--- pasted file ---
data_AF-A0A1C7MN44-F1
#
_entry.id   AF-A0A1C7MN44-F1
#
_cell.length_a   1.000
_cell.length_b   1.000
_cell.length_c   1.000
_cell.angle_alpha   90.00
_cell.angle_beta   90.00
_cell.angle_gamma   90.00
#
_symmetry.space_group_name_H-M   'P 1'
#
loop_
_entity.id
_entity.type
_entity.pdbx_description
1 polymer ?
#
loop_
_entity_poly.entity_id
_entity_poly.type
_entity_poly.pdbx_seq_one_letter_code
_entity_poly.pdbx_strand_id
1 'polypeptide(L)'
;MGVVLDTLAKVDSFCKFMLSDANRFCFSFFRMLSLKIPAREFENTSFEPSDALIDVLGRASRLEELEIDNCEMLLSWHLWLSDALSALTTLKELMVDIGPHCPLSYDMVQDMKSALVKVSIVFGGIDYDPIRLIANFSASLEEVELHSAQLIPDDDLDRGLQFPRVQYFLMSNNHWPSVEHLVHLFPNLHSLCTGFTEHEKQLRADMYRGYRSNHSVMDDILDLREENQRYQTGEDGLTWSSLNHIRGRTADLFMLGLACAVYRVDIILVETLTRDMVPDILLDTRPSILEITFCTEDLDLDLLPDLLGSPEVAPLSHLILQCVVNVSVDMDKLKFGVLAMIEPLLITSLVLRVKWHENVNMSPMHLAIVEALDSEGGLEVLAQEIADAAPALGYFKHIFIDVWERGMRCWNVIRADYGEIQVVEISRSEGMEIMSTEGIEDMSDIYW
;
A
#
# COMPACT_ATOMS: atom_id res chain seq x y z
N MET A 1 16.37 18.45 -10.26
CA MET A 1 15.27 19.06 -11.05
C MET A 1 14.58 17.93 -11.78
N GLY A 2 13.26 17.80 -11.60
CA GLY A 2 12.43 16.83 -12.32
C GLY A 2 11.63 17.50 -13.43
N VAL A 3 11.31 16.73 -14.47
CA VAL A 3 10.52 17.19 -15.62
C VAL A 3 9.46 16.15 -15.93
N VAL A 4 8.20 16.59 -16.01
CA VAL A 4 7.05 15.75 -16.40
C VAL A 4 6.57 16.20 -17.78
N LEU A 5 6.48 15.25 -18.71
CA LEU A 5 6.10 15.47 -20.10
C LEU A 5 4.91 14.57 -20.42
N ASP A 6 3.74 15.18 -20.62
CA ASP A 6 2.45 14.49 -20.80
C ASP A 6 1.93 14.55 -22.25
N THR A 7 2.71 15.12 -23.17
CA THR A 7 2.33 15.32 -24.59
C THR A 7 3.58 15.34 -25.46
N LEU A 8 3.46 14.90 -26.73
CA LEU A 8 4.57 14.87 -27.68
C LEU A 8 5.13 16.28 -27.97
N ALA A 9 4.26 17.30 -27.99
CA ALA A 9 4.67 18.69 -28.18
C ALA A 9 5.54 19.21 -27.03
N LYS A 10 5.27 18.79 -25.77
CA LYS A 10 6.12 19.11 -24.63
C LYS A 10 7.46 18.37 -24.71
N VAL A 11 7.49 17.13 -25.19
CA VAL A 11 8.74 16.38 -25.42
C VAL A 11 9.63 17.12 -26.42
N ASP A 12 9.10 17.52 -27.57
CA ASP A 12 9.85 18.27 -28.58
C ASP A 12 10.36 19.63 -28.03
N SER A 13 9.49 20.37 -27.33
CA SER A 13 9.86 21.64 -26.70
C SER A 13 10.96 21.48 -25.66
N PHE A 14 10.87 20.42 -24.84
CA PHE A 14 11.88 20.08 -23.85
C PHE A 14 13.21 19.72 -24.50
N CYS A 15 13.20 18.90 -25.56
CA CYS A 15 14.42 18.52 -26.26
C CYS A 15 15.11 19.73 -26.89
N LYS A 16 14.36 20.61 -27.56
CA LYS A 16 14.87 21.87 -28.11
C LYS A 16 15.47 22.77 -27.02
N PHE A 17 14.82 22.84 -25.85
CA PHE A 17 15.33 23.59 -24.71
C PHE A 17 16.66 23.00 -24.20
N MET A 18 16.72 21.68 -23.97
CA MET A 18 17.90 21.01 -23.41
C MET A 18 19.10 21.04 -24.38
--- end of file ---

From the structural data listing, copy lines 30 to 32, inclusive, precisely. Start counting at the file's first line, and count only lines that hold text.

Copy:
# COMPACT_ATOMS: atom_id res chain seq x y z
N MET A 1 16.37 18.45 -10.26
CA MET A 1 15.27 19.06 -11.05